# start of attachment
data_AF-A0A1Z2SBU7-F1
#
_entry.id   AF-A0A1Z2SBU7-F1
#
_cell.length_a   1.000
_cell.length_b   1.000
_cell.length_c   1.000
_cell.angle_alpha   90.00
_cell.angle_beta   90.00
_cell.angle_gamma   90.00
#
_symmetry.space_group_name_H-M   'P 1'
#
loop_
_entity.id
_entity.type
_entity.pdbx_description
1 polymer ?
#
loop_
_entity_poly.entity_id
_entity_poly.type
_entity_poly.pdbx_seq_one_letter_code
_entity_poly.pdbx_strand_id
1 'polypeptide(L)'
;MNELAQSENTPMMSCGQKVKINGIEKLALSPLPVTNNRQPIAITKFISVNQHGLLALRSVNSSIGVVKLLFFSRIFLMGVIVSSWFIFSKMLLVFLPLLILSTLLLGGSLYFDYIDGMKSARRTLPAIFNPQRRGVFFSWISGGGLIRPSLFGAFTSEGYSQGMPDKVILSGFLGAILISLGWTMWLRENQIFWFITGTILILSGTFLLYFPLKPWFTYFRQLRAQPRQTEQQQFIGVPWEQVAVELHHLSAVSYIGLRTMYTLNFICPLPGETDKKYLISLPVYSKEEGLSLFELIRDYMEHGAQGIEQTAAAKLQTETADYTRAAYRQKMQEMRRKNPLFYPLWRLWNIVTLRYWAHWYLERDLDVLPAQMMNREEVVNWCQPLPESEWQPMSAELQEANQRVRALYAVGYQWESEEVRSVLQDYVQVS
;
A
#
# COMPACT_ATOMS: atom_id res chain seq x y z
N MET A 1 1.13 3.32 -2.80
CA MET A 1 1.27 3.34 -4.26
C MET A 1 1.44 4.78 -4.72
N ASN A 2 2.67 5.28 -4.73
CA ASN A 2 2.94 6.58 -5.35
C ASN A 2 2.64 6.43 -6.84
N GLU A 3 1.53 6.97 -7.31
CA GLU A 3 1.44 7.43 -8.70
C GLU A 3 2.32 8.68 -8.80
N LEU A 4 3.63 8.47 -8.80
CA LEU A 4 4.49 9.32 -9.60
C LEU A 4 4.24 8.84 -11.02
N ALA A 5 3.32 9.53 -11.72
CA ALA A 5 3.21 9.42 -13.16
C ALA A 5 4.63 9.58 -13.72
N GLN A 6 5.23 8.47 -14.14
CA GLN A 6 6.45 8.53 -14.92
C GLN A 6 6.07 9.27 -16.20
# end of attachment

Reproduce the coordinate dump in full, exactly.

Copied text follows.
data_AF-A0A1Z2SBU7-F1
#
_entry.id   AF-A0A1Z2SBU7-F1
#
_cell.length_a   1.000
_cell.length_b   1.000
_cell.length_c   1.000
_cell.angle_alpha   90.00
_cell.angle_beta   90.00
_cell.angle_gamma   90.00
#
_symmetry.space_group_name_H-M   'P 1'
#
loop_
_entity.id
_entity.type
_entity.pdbx_description
1 polymer ?
#
loop_
_entity_poly.entity_id
_entity_poly.type
_entity_poly.pdbx_seq_one_letter_code
_entity_poly.pdbx_strand_id
1 'polypeptide(L)'
;MNELAQSENTPMMSCGQKVKINGIEKLALSPLPVTNNRQPIAITKFISVNQHGLLALRSVNSSIGVVKLLFFSRIFLMGVIVSSWFIFSKMLLVFLPLLILSTLLLGGSLYFDYIDGMKSARRTLPAIFNPQRRGVFFSWISGGGLIRPSLFGAFTSEGYSQGMPDKVILSGFLGAILISLGWTMWLRENQIFWFITGTILILSGTFLLYFPLKPWFTYFRQLRAQPRQTEQQQFIGVPWEQVAVELHHLSAVSYIGLRTMYTLNFICPLPGETDKKYLISLPVYSKEEGLSLFELIRDYMEHGAQGIEQTAAAKLQTETADYTRAAYRQKMQEMRRKNPLFYPLWRLWNIVTLRYWAHWYLERDLDVLPAQMMNREEVVNWCQPLPESEWQPMSAELQEANQRVRALYAVGYQWESEEVRSVLQDYVQVS
;
A
#
# COMPACT_ATOMS: atom_id res chain seq x y z
N MET A 1 1.13 3.32 -2.80
CA MET A 1 1.27 3.34 -4.26
C MET A 1 1.44 4.78 -4.72
N ASN A 2 2.67 5.28 -4.73
CA ASN A 2 2.94 6.58 -5.35
C ASN A 2 2.64 6.43 -6.84
N GLU A 3 1.53 6.97 -7.31
CA GLU A 3 1.44 7.43 -8.70
C GLU A 3 2.32 8.68 -8.80
N LEU A 4 3.63 8.47 -8.80
CA LEU A 4 4.49 9.32 -9.60
C LEU A 4 4.24 8.84 -11.02
N ALA A 5 3.32 9.53 -11.72
CA ALA A 5 3.21 9.42 -13.16
C ALA A 5 4.63 9.58 -13.72
N GLN A 6 5.23 8.47 -14.14
CA GLN A 6 6.45 8.53 -14.92
C GLN A 6 6.07 9.27 -16.20